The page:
In some embodiments, the precursor associates with the polymer in the fluid stock. In some embodiments, the process described herein utilizes an association of the precursor with the polymer to provide a fluid stock wherein precursor is uniformly distributed in the fluid stock. In various embodiments, the fluid stock remains a solution or substantially uniform dispersion (e.g., in part because the precursor associates with the polymer in the fluid stock). In various embodiments, the association is a physical, chemical, or electromagnetic force between the precursor and the polymer. Examples of associations are chemical bonds. Examples of bonds are covalent bonds, non-covalent bonds, ionic bonds, hydrogen bonds, and the like. Further examples of associations are hydrophilic interactions and hydrophobic interactions. Other types of suitable interactions or associations are a Lewis acid-Lewis base interaction between the precursor and the polymer. In some embodiments, the association is a metal-ligand complex.

In some embodiments, the monomers along the polymer chain provide sites to which precursor associates. In some embodiments, these sites are chemical groups including but not limited to hydroxyl groups, carbonyl groups, aldehyde groups, esters, amines, coarboxyamide, imines, nitrates and the like. In some embodiments, groups contain hydrocarbons, halogens, oxygen, nitrogen, sulfur, phosphorus and the like. Those skilled in the art will be familiar with chemical groups. Chemical groups are also known as “functional groups”. In some embodiments, precursors associate with chemical groups on the polymer through chemical bonds.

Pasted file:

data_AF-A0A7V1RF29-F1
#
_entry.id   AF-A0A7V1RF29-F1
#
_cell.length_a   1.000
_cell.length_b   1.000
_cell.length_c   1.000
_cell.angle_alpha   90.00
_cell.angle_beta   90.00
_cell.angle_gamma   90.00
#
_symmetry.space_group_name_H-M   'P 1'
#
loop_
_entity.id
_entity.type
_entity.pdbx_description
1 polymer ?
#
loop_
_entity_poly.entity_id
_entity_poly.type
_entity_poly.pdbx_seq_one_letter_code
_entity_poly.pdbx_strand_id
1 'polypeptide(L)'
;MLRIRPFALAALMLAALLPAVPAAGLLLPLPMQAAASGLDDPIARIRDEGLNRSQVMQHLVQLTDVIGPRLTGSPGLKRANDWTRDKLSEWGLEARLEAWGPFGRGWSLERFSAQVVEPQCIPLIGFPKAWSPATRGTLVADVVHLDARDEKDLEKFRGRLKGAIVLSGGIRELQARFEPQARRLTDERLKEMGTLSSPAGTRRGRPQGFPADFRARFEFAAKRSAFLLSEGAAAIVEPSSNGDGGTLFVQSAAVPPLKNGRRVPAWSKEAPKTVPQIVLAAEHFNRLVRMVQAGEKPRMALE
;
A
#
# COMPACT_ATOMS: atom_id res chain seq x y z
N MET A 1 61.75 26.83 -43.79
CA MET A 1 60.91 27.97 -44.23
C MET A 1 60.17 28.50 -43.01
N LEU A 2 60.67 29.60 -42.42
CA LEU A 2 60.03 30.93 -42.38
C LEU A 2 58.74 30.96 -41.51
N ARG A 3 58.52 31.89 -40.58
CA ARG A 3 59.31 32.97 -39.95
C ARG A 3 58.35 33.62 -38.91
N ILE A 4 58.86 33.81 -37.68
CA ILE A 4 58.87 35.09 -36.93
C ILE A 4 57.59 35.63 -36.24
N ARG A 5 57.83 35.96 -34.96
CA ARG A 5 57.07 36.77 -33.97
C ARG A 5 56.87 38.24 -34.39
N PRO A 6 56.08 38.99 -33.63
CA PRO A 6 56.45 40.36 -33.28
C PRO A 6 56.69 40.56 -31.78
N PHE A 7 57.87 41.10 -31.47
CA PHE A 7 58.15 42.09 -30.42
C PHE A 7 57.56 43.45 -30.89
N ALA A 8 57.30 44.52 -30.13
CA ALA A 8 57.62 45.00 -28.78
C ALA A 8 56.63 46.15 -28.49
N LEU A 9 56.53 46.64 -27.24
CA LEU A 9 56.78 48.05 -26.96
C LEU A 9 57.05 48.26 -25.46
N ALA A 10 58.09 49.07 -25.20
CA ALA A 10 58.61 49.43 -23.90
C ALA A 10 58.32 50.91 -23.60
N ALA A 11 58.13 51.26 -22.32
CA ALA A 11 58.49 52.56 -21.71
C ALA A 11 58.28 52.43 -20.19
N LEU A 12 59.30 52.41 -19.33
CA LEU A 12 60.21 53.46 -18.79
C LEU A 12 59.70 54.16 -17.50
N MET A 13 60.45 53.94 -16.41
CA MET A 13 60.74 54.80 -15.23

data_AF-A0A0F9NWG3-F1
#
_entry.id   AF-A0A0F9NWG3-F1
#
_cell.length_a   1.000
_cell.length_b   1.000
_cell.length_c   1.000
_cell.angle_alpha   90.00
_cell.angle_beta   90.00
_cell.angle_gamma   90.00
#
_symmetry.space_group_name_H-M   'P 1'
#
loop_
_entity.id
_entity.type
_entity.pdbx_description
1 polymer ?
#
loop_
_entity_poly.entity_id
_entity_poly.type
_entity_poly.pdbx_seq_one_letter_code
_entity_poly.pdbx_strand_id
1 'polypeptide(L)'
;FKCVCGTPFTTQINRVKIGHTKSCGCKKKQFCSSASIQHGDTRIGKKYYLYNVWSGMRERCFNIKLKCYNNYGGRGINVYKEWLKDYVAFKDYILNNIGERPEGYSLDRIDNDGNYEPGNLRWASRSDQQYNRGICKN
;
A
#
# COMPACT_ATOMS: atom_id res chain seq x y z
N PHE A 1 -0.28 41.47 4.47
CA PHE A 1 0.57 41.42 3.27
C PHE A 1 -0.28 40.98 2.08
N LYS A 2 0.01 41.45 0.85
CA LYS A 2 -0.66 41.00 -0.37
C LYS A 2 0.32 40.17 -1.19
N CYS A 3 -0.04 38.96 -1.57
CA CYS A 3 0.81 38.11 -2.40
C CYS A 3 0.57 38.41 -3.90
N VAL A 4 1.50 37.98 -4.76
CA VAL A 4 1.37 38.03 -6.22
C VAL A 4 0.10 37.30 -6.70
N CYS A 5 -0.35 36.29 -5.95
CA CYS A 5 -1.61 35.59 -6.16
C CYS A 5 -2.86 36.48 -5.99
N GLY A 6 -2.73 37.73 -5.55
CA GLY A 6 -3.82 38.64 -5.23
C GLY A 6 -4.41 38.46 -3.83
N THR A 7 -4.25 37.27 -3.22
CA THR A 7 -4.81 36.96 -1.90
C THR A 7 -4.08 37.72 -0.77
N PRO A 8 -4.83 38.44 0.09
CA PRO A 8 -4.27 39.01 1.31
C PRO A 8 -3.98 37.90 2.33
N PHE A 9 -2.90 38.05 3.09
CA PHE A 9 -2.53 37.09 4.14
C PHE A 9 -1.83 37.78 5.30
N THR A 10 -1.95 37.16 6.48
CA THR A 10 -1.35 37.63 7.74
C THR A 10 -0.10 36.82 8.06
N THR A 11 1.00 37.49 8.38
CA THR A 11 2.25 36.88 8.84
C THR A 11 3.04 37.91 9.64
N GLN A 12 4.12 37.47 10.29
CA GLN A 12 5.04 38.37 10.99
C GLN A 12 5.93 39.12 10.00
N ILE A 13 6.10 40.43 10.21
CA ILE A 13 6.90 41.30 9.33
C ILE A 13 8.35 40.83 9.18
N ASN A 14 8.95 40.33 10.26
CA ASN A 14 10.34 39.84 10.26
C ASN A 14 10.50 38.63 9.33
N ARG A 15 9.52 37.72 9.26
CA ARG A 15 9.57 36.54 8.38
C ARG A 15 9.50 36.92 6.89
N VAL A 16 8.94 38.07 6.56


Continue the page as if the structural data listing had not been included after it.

In some aspects, the polymer comprises a plurality of moieties. In some embodiments, these moieties are chemical groups, optionally chemical groups of the monomers bound along the polymer chain. In some embodiments, the moieties complex or bind with precursors, including metals. In some embodiments, the moieties displace the ligand of a metal-ligand precursor. In some embodiments, the polymer includes on average at least 100 functional groups, chemical groups, or moieties per polymer molecule that are capable of associating with a precursor (e.g., optionally with a metal precursor).

In one example, the precursors are iron acetates (a metal ligand complex) and the polymer is polyvinyl alcohol. In this example, the moiety or functional group is an alcohol group. The polymer has a plurality of alcohol groups along its backbone suitable for associating with the iron acetate. In this example, the acetate either binds to the alcohol groups while still being complexed with the iron, or the alcohol groups displace the acetate ligand and associate directly with the iron.

In some embodiments, the amount of precursor associated or loaded onto the polymer is high. In some embodiments, higher loading is related to the number of functional groups in the polymer (which depends in part on the molecular weight of the polymer and concentration of the functional groups). In some instances, more functional groups provide more sites for precursor to associate, thereby enabling higher precursor loading.